- Angulo P: Nonalcoholic fatty liver disease. N Engl J Med. 2002, 346: 1221-1231. 10.1056/NEJMra011775.View ArticlePubMedGoogle Scholar
- Poorten van der D, Milner KL, Hui J, Hodge A, Trenell MI, Kench JG, London R, Peduto T, Chisholm DJ, George J: Visceral Fat: A Key Mediator of Steatohepatitis in Metabolic Liver Disease. Hepatology. 2008, 48: 449-57. 10.1002/hep.22350.View ArticlePubMedGoogle Scholar
- Dent J, El-Serag HB, Wallander MA, Johansson S: Epidemiology of gastro-oesophageal reflux disease: a systematic review. Gut. 2005, 54: 710-7. 10.1136/gut.2004.051821.View ArticlePubMedPubMed CentralGoogle Scholar
- van Soest EM, Dieleman JP, Siersema PD, et al: Increasing incidence of Barrett's oesophagus in the general population. Gut. 2005, 54: 1062-6. 10.1136/gut.2004.063685.View ArticlePubMedPubMed CentralGoogle Scholar
- Bollschweiler E, Wolfgarten E, Gutschow C, Holscher AH: Demographic variations in the rising incidence of esophageal adenocarcinoma in white males. Cancer. 2001, 92: 549-55. 10.1002/1097-0142(20010801)92:3<549::AID-CNCR1354>3.0.CO;2-L.View ArticlePubMedGoogle Scholar
- Flegal KM, Carroll MD, Ogden CL, Johnson CL: Prevalence and trends in obesity among US adults, 1999–2000. JAMA. 2002, 288: 1723-7. 10.1001/jama.288.14.1723.View ArticlePubMedGoogle Scholar
- Ogden CL, Carroll MD, Curtin LR, McDowell MA, Tabak CJ, Flegal KM: Prevalence of overweight and obesity in the United States, 1999–2004. JAMA. 2006, 295: 1549-55. 10.1001/jama.295.13.1549.View ArticlePubMedGoogle Scholar
- Locke GR, Talley NJ, Fett SL, Zinsmeister AR, Melton LJ: Risk factors associated with symptoms of gastroesophageal reflux. Am J Med. 1999, 106: 642-9. 10.1016/S0002-9343(99)00121-7.View ArticlePubMedGoogle Scholar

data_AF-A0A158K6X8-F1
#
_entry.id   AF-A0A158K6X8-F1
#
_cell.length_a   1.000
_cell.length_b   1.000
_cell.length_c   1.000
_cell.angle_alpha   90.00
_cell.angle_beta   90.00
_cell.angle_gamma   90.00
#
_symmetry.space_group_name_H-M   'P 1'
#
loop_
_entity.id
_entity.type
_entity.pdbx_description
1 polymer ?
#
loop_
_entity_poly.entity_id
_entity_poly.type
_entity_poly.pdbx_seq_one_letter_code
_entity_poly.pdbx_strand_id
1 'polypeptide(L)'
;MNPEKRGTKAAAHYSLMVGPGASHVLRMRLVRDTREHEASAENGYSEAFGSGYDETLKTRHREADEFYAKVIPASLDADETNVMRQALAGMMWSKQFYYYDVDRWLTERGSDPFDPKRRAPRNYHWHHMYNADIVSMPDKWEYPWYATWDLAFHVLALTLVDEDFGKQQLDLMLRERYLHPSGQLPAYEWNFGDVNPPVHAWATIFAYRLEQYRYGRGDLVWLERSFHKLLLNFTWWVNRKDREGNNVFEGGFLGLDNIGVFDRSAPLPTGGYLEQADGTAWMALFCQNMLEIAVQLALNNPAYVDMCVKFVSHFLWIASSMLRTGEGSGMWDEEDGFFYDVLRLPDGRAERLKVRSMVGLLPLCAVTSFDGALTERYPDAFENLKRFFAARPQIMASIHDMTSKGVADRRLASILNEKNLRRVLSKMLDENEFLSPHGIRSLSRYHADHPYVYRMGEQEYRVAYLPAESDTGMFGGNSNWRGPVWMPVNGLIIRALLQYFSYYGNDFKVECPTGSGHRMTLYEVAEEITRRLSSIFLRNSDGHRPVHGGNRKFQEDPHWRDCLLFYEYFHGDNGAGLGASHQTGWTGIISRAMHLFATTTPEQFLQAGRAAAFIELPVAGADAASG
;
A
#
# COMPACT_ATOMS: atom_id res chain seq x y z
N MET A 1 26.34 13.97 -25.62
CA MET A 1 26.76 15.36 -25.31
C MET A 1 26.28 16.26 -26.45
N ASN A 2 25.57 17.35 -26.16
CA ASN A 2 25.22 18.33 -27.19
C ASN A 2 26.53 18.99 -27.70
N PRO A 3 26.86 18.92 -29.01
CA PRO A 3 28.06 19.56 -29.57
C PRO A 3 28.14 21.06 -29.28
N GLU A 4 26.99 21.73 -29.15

- Ruhl CE, Everhart JE: Overweight, but not high dietary fat intake, increases risk of gastroesophageal reflux disease hospitalization: the NHANES Epidemiologic Followup Study. First National Health and Nutrition Examination Survey. Ann Epidemiol. 1999, 9: 424-35. 10.1016/S1047-2797(99)00020-4.View ArticlePubMedGoogle Scholar
- El-Serag HB, Graham DY, Satia JA, Rabeneck L: Obesity is an independent risk factor for GERD symptoms and erosive esophagitis. Am J Gastroenterol. 2005, 100: 1243-50. 10.1111/j.1572-0241.2005.41703.x.View ArticlePubMedGoogle Scholar
- Nandurkar S, Locke GR, Fett S, Zinsmeister AR, Cameron AJ, Talley NJ: Relationship between body mass index, diet, exercise and gastro-oesophageal reflux symptoms in a community. Aliment Pharmacol Ther. 2004, 20: 497-505. 10.1111/j.1365-2036.2004.02156.x.View ArticlePubMedGoogle Scholar
- Kubo A, Corley DA: Body mass index and adenocarcinomas of the esophagus or gastric cardia: a systematic review and meta-analysis. Cancer Epidemiol Biomarkers Prev. 2006, 15: 872-878. 10.1158/1055-9965.EPI-05-0860.View ArticlePubMedGoogle Scholar
- El-Serag HB, Kvapil P, Hacken-Bitar J, Kramer JR: Abdominal obesity and the risk of Barrett's esophagus. Am J Gastroenterol. 2005, 100: 2151-6. 10.1111/j.1572-0241.2005.00251.x.View ArticlePubMedGoogle Scholar
- Stein DJ, El-Serag HB, Kuczynski J, Kramer JR, Sampliner RE: The association of body mass index with Barrett's oesophagus. Aliment Pharmacol Ther. 2005, 22: 1005-10. 10.1111/j.1365-2036.2005.02674.x.View ArticlePubMedGoogle Scholar
- Smith KJ, O'Brien SM, Smithers BM, Gotley DC, Webb PM, Green AC, Whiteman DC: Interactions among smoking, obesity, and symptoms of acid reflux in Barrett's esophagus. Cancer Epidemiol Biomarkers Prev. 2005, 14: 2481-6. 10.1158/1055-9965.EPI-05-0370.View ArticlePubMedPubMed CentralGoogle Scholar